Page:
One of the most important problems in the production and inventory planning field, is the scheduling of production and work force in a dynamic environment. Although this problem can be formulated as a linear program, it is often quite difficult to solve directly, due to its large scale. Instead, it might be fruitful to use a decomposition approach. Decomposition, in general, means decomposing a difficult problem into several easier, or a sequence of easier problems which are later coordinated to reconstruct the original problem. In this report we discuss several possibilities of applying the most common decomposition principles, namely Benders (primal) and Datnzig-Wolfe (dual), as well as a relatively new decomposition method, called cross decomposition, to the dynamic, multiproduct production and employment planning problem. A number of special cases are also presented.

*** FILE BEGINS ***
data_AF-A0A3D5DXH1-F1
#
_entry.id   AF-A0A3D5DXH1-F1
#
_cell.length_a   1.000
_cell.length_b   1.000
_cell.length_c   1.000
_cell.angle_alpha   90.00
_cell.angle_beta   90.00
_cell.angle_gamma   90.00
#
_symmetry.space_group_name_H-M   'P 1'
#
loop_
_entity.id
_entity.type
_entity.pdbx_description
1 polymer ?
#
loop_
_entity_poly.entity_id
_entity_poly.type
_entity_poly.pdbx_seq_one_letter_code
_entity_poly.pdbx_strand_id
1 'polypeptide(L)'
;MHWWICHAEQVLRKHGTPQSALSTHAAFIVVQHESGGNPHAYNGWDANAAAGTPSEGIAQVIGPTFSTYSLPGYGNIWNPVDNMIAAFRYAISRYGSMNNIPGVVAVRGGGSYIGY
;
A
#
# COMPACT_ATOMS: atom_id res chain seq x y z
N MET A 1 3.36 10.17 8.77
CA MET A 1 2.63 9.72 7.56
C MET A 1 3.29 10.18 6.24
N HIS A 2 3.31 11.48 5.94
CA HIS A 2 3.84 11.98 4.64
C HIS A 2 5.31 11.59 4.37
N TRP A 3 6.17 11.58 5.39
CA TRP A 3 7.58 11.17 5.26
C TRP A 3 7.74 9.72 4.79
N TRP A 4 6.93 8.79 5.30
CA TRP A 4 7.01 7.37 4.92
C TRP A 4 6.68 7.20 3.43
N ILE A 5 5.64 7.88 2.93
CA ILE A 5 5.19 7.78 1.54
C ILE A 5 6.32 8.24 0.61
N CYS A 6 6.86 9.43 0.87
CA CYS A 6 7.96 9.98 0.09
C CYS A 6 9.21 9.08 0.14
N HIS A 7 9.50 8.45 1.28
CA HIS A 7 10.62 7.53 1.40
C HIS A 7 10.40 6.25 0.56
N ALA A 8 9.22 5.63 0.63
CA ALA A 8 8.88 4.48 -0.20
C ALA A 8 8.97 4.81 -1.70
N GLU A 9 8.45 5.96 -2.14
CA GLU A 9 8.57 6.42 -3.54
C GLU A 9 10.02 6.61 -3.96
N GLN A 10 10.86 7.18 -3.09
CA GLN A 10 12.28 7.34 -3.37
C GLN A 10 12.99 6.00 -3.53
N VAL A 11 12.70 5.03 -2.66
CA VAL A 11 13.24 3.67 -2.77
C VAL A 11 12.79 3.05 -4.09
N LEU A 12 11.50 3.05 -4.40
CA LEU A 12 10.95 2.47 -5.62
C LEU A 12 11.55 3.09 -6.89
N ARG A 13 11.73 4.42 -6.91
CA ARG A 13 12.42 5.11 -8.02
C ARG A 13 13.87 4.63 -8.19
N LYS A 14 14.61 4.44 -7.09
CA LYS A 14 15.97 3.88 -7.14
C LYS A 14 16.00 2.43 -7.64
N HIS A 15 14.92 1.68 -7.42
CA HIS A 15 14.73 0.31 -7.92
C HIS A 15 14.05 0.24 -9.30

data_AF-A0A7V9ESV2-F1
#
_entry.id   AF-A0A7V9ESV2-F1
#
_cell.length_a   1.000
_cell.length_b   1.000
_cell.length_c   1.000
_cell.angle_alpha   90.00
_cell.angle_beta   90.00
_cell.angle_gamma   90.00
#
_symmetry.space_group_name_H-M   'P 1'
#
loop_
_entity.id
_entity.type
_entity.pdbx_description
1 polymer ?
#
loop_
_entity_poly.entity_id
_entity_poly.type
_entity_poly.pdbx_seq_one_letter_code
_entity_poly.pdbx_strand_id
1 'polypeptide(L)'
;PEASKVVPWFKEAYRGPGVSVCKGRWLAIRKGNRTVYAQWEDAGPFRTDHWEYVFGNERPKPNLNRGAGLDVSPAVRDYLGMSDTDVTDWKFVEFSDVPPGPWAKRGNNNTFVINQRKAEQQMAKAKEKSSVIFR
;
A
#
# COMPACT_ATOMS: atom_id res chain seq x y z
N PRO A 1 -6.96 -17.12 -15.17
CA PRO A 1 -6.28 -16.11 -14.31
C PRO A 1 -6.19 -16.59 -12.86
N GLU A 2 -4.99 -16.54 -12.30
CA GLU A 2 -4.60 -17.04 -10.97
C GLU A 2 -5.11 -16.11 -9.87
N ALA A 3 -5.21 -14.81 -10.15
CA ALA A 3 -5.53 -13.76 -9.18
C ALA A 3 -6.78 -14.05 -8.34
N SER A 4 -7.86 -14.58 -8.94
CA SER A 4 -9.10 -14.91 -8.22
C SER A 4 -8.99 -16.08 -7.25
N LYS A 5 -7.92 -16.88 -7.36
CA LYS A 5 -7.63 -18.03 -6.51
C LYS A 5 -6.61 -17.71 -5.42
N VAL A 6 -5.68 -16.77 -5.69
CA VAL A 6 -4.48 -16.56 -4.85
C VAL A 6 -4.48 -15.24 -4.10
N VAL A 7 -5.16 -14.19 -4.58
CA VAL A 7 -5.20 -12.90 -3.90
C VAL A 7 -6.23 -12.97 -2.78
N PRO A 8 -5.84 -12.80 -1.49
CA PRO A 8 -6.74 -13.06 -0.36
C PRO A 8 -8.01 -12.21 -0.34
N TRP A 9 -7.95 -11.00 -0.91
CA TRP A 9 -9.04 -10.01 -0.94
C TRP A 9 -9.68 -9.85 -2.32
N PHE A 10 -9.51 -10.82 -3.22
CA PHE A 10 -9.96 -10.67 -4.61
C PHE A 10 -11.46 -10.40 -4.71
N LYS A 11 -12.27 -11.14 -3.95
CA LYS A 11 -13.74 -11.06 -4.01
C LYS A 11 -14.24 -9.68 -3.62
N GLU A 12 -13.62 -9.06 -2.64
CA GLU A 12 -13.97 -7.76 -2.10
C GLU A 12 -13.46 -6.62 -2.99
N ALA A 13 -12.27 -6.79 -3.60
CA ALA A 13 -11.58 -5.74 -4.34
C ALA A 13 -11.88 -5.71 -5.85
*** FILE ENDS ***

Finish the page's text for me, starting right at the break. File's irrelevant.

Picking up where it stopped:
Aardal, K. I., & Ari, A. (1987). Decomposition principles applied to the dynamic production and work-force scheduling problem. Engineering Costs and Production Economics, 12(1-4), 39-49. https://doi.org/10.1016/0167-188X(87)90060-7